Enoch • When Debbie Bowerman went to see a movie recently with her husband and teenage daughter, they settled into their seats, and she scanned for the emergency exits.
It’s a habit the Enoch resident repeats in many confined public places, ever since the Route 91 Harvest Festival mass shooting in Las Vegas last fall.
Know the fastest way out. Have a plan.
Bowerman wasn’t wounded in the mass shooting. Actually, she wasn’t even at the festival. Instead, she witnessed the carnage firsthand as an emergency room nurse at nearby Sunrise Hospital, which took in about 200 patients in the hours after the shooting.
Her experience since then reflects how first responders and medical professionals often face traumatic memories and other lingering impacts long after a mass shooting.
“It’s still there. It will always be there,” Bowerman said recently of that Sunday night. “It’s just not in the front; it’s tucked away a little bit.”
Bowerman’s job Oct. 1 was in the ambulance bay, the first person to assess each gunshot victim. At first, she was joined by a doctor, Kevin Menes, but he was soon needed inside.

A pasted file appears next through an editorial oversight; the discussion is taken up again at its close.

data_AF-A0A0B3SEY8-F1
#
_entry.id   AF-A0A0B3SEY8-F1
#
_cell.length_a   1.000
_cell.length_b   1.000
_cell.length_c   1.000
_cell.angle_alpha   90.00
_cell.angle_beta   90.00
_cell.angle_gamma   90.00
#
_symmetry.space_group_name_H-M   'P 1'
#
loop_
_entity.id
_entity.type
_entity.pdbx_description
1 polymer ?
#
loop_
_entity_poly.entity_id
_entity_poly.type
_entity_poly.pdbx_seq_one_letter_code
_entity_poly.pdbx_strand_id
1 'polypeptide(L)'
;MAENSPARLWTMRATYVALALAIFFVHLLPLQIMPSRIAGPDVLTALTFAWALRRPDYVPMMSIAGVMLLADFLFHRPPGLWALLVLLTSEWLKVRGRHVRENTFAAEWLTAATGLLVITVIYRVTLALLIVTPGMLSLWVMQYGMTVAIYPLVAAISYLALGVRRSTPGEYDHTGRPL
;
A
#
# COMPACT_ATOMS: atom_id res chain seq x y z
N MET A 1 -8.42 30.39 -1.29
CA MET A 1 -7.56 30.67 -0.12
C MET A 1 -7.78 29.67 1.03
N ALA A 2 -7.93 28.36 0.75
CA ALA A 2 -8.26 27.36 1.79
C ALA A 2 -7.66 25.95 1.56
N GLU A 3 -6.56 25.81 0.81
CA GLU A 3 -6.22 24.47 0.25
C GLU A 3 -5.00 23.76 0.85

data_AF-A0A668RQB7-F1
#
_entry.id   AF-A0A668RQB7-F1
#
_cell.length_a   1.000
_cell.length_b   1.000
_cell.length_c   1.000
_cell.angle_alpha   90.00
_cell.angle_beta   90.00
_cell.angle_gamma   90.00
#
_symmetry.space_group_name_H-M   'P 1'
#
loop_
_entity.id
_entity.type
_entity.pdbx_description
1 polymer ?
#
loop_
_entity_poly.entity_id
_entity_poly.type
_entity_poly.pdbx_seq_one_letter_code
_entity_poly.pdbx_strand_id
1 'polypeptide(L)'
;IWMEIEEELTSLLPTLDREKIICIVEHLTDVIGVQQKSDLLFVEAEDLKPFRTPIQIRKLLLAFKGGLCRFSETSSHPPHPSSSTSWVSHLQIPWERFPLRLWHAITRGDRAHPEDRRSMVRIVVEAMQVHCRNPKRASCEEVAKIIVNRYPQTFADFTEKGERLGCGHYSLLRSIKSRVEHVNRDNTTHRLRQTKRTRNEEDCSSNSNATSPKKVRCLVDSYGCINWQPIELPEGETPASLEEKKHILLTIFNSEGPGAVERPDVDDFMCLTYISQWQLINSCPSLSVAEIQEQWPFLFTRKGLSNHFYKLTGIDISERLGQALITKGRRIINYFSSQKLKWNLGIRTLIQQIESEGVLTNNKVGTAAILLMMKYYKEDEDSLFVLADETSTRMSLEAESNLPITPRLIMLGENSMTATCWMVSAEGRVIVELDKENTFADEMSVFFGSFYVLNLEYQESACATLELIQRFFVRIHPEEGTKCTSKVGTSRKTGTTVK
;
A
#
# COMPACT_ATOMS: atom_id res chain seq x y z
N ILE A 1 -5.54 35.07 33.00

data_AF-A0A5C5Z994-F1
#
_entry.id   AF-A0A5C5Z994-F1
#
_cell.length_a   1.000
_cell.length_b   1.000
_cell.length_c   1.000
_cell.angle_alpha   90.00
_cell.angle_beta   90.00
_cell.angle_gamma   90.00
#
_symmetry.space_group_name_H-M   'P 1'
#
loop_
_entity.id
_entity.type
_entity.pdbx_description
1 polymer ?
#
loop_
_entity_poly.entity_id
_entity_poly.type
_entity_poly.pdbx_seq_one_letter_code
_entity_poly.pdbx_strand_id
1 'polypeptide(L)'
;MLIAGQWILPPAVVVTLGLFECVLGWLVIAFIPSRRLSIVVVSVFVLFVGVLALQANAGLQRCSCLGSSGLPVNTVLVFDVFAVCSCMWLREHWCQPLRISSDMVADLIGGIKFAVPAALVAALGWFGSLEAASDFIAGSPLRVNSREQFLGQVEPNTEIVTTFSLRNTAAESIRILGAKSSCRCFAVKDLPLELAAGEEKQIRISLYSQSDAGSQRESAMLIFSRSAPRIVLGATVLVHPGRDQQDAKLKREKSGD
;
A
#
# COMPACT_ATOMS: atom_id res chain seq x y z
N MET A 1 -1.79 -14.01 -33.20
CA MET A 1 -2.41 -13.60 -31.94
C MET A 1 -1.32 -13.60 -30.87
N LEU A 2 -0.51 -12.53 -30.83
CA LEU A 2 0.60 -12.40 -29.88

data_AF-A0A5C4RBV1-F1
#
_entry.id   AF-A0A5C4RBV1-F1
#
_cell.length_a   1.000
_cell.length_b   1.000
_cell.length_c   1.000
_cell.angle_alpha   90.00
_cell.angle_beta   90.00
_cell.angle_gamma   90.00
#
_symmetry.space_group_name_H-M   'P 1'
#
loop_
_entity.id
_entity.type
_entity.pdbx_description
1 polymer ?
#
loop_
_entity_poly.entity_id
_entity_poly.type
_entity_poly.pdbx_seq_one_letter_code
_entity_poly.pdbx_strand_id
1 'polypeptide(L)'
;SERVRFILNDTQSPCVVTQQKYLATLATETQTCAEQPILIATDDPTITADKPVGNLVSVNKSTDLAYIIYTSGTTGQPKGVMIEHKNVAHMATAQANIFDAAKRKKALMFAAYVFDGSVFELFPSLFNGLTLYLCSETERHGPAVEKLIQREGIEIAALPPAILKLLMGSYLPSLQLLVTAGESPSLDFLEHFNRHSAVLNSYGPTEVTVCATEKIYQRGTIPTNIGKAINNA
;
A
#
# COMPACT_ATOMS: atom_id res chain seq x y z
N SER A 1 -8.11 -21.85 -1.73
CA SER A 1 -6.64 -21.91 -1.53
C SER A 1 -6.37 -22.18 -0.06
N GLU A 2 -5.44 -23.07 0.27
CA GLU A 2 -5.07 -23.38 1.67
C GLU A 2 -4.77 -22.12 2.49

She was on her own.
“It was just pulling bodies out of the ambulances,” she recalled, “out of the police cars, Ubers, taxicabs, pickup trucks, with four, five and six people in them.”
Bowerman struggled to sleep for days afterward. She couldn’t stop thinking about a woman in her early 20s, around the same age as one of her daughters. The woman had no pulse, and Bowerman had jumped on the gurney and started doing CPR. It was too late.
Bowerman continues to walk through escape plans in her mind when she’s at most public events. But she says it doesn’t prevent her from enjoying herself; she can walk through the plan in her mind for a moment, and then move on.
“I don’t do these things because I live in fear,” she said. “I do them because I have come face to face with the reality of: This can happen anywhere.”
That night reinforced to Bowerman that she was meant to be an ER nurse. She plans to seek out more training, on both mass casualty situations and self-healing techniques for her and her fellow hospital workers.
And she wants to share with other medical workers what she learned, even though she’s no fan of public speaking.
She recently tag-teamed a speech with Menes about their experience at an Emergency Nurses Association event in Las Vegas, to a standing ovation. For the next two talks — at hospitals in Salt Lake City and New York — she’ll be on her own.
And no doubt checking for the exits ahead of time — just in case.